Hi Karen, (Bob: please see below...)
important snippet from
Support for LBA and FAT32 originally was a DRFAT32 device driver,
so in old DR DOS, you first have to boot from a FAT16 partition
which is entirely in the first 8 GB of your disk and less than
2 GB in size, I would assume. Also, FDISK may be limited, so you
better use something else than old DR DOS FDISK to partition...
In DR DOS 7.04 and newer, things were getting better, but it is
unlikely that you have that version. However, based on OpenDOS
7.01 source code, EDR-DOS implemented a free kernel with FAT32
and LBA support (version "DR DOS 7.01.08" of July 2011). Due to
license conflicts with the free improvements, DR DOS 8.0 and 8.1
have been discontinued, so DR DOS 7.03 (from the year 1999!) is
the most recent DR DOS. I strongly recommend EDR DOS instead:
(just get the binaries, otherwise you need source+patch+compiler)
Note that EDR DOS comes with very little extra software - simply
use the extra software of another DOS like DR DOS or FreeDOS :-)
> I wonder what the brandand firmware revisions the harddrive(s) in
> question are and whether or not they have a size-limiting jumper
> connected. Doesn't such a jumper, in combination with hardcoded BIOS
> settings, control the cylinders-heads-sectors that "the DOS" flavor
> sees? And doesn't DOS itself need a device driver in order to talk
The last time that I saw such a jumper, it limited the
size to 32 GB to avoid crashes with broken BIOSes. Also,
some drives came with software to limit them to 128 GB
to avoid yet other compatibility issues. Unless you have
a VERY old BIOS (early 1990s) you do not need drivers:
The BIOS will support sizes up to 128 GB using LBA, or
in newer BIOS versions even up to 2 TB and more. Older
DOS versions only support CHS which is where "geometry"
(cylinder head sector) matters. If at all possible, use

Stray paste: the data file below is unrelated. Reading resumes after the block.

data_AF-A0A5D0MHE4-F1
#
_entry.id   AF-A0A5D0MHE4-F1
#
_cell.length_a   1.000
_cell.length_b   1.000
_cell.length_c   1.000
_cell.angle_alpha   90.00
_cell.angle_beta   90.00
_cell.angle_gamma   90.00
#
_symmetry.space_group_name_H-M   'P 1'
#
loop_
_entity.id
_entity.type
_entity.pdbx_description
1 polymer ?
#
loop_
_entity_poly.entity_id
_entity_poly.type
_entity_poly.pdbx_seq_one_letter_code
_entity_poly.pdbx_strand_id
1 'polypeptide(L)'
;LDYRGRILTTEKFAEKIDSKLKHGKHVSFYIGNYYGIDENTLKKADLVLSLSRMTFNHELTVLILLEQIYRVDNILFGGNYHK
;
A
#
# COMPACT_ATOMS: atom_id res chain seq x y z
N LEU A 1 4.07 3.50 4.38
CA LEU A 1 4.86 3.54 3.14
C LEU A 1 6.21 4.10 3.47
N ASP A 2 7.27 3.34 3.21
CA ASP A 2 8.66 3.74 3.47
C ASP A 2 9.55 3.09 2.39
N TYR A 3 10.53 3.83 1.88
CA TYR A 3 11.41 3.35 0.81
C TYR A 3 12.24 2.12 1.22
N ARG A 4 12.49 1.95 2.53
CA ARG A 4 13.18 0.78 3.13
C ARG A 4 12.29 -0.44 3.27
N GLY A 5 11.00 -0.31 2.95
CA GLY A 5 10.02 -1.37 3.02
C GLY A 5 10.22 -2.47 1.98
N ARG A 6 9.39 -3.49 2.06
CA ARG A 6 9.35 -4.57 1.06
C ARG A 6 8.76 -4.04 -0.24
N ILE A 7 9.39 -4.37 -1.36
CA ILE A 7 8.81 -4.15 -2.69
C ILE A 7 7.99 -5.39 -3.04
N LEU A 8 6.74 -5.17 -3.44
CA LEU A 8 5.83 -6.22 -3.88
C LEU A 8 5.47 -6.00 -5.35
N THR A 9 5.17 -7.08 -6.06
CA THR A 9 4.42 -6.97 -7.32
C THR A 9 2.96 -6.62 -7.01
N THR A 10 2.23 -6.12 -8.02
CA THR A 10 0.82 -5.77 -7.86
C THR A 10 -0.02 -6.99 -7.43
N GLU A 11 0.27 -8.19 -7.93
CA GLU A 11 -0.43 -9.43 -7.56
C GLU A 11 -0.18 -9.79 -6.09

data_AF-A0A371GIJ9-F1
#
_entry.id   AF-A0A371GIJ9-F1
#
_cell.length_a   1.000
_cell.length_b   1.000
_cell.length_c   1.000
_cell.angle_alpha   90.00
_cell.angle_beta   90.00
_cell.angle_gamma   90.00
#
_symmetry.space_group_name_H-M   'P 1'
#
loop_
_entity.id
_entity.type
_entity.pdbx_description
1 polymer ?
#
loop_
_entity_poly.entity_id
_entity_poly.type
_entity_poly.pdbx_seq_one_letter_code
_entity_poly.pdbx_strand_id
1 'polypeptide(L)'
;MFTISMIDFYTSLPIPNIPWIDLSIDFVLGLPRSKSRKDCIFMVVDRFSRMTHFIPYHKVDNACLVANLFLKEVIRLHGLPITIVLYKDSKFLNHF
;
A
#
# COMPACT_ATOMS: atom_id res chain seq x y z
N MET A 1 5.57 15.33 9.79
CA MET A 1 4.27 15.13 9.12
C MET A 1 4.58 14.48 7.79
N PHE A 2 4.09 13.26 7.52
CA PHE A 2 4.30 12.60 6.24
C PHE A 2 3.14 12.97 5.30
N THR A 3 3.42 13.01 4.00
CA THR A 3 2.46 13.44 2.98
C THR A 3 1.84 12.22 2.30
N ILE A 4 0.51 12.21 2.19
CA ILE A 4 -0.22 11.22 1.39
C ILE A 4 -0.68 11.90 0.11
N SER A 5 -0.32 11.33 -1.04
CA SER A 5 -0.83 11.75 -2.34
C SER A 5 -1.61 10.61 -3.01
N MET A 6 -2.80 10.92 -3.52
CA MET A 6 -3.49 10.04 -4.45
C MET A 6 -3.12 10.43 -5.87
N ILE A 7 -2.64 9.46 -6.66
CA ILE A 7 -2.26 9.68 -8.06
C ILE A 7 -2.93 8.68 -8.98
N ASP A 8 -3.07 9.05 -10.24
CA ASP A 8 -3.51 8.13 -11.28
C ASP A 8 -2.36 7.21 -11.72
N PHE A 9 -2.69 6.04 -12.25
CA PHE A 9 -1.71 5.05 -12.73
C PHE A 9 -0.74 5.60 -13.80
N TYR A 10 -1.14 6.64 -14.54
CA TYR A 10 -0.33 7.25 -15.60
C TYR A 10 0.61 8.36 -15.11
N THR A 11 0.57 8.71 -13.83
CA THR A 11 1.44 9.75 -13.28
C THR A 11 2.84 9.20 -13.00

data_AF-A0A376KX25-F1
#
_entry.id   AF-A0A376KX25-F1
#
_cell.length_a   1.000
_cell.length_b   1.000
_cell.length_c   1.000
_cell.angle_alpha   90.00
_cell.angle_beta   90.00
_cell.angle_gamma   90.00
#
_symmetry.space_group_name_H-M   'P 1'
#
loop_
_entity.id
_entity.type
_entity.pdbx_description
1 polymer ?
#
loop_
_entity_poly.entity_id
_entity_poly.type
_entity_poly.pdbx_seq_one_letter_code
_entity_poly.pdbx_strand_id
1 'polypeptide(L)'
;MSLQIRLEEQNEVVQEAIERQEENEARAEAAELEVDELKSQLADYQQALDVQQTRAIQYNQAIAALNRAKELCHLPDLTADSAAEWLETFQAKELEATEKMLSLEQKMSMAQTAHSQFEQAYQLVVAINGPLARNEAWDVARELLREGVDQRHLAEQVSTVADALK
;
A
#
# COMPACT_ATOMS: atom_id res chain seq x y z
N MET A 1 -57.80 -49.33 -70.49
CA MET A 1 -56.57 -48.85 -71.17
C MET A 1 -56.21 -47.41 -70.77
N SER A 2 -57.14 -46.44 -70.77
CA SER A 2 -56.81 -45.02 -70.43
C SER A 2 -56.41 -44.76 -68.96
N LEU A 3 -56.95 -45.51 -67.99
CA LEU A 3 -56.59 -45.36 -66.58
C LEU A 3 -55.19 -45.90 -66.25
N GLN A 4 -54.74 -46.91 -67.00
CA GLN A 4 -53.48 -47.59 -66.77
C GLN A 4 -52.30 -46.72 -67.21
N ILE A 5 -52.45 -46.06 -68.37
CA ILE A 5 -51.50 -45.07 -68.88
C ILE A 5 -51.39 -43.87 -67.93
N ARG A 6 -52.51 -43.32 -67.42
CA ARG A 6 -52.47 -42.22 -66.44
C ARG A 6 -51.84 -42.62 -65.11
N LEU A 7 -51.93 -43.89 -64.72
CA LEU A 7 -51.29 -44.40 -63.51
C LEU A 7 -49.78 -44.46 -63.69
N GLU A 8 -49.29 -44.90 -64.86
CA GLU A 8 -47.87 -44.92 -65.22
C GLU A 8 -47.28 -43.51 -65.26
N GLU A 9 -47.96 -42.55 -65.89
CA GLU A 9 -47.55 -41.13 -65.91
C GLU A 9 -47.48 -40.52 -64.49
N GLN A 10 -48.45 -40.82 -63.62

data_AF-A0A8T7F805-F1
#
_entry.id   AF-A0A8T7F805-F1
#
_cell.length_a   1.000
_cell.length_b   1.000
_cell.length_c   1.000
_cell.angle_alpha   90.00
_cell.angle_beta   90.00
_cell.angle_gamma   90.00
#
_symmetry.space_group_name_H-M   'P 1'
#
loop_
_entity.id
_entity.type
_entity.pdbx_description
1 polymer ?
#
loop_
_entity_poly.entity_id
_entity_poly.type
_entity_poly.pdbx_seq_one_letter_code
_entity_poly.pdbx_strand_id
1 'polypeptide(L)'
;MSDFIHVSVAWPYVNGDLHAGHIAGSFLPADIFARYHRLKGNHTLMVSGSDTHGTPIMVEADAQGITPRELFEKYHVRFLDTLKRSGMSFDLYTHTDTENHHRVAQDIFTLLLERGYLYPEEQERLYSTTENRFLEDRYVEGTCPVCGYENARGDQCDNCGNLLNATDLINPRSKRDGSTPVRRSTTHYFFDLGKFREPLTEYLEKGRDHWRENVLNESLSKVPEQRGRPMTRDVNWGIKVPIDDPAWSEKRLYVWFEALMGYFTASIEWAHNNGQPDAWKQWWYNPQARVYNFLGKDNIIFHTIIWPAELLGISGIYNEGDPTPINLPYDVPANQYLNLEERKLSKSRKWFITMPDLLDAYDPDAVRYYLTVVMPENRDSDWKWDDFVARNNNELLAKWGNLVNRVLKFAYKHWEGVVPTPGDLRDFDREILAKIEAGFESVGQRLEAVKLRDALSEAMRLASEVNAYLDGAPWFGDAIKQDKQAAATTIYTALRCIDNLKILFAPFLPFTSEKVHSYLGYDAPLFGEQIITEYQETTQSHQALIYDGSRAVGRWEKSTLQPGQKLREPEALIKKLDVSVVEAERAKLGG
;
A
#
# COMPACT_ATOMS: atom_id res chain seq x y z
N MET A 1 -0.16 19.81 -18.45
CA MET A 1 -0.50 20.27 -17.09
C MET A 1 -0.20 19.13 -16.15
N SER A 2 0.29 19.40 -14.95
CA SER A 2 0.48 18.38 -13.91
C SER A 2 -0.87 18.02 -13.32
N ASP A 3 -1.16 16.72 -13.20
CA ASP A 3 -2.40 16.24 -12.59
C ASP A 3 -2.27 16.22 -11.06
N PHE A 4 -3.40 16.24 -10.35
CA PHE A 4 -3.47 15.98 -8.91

DOS versions and partition types with LBA, as those do
not need to worry about geometry. For example MS DOS 4
does not support LBA, so you must use CHS and geometry
must match between BIOS *and* partitioning *and* DOS.
The BIOS will usually select some default with many
(240, 254, 255?) heads for big disks, to get as much
of the disk as possible in the first 1024 "cylinders"
but you still do not get further than 8 GB. So if you
must use CHS, pretend that your whole disk is smaller.
Even MS DOS 4 can then use up to 2 GB per drive letter
but do not get too close to 2048 MB or it will fail.
Really old (also early 1990s, 1980s) BIOS versions do
not support geometry settings above 16 heads, so you
would need "dynamic drive overlay" or "ontrack" style
"drivers" (actually installed as sort of boot loader)
to get beyond 500 MB (0.5 GB).
That said, a normal FreeDOS with FAT32 support can use
the first 2 TB of your disk as long as you use LBA FAT32
type partitions. You can even make one partition of that
size if you do not want to use several drive letters...
Using SSD is no problem for DOS at all, only the size
matters, the BIOS supports it all. If DOS would KNOW
that the disk is SSD, it could get a bit more speed.
Also, modern harddisk and SSD allow parallel access to
gain speed, but DOS is not multitasking things anyway.
Note that DOS drivers like UIDE allow faster data transfer
in cases where the "driver" built into the BIOS is slow.
So DOS drivers for disks do exist, but are not essential.
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